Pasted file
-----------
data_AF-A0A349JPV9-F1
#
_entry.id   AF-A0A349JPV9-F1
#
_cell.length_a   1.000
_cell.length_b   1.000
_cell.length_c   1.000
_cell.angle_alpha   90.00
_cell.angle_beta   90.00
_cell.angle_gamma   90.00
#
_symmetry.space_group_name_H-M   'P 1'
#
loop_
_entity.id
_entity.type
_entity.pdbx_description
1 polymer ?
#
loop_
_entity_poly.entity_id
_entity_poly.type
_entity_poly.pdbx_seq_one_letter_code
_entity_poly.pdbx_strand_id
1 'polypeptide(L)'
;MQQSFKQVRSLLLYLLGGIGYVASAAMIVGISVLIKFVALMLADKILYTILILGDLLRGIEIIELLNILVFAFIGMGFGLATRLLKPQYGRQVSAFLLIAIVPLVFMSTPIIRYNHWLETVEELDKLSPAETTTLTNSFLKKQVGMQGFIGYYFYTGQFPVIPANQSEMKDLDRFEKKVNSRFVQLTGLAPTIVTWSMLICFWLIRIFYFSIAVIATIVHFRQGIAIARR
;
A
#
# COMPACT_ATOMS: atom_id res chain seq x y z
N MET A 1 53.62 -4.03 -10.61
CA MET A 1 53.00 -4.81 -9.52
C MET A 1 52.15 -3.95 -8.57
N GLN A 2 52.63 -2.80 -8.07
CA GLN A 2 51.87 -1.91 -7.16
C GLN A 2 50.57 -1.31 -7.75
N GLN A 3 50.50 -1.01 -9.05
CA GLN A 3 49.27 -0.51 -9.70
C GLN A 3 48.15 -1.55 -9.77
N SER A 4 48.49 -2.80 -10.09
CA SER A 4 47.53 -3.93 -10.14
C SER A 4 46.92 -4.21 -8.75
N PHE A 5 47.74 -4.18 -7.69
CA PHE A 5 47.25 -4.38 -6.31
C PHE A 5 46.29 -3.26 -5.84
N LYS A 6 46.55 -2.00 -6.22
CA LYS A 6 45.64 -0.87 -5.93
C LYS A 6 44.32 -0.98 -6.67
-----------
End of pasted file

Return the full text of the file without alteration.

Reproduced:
data_AF-A0A349JPV9-F1
#
_entry.id   AF-A0A349JPV9-F1
#
_cell.length_a   1.000
_cell.length_b   1.000
_cell.length_c   1.000
_cell.angle_alpha   90.00
_cell.angle_beta   90.00
_cell.angle_gamma   90.00
#
_symmetry.space_group_name_H-M   'P 1'
#
loop_
_entity.id
_entity.type
_entity.pdbx_description
1 polymer ?
#
loop_
_entity_poly.entity_id
_entity_poly.type
_entity_poly.pdbx_seq_one_letter_code
_entity_poly.pdbx_strand_id
1 'polypeptide(L)'
;MQQSFKQVRSLLLYLLGGIGYVASAAMIVGISVLIKFVALMLADKILYTILILGDLLRGIEIIELLNILVFAFIGMGFGLATRLLKPQYGRQVSAFLLIAIVPLVFMSTPIIRYNHWLETVEELDKLSPAETTTLTNSFLKKQVGMQGFIGYYFYTGQFPVIPANQSEMKDLDRFEKKVNSRFVQLTGLAPTIVTWSMLICFWLIRIFYFSIAVIATIVHFRQGIAIARR
;
A
#
# COMPACT_ATOMS: atom_id res chain seq x y z
N MET A 1 53.62 -4.03 -10.61
CA MET A 1 53.00 -4.81 -9.52
C MET A 1 52.15 -3.95 -8.57
N GLN A 2 52.63 -2.80 -8.07
CA GLN A 2 51.87 -1.91 -7.16
C GLN A 2 50.57 -1.31 -7.75
N GLN A 3 50.50 -1.01 -9.05
CA GLN A 3 49.27 -0.51 -9.70
C GLN A 3 48.15 -1.55 -9.77
N SER A 4 48.49 -2.80 -10.09
CA SER A 4 47.53 -3.93 -10.14
C SER A 4 46.92 -4.21 -8.75
N PHE A 5 47.74 -4.18 -7.69
CA PHE A 5 47.25 -4.38 -6.31
C PHE A 5 46.29 -3.26 -5.84
N LYS A 6 46.55 -2.00 -6.22
CA LYS A 6 45.64 -0.87 -5.93
C LYS A 6 44.32 -0.98 -6.67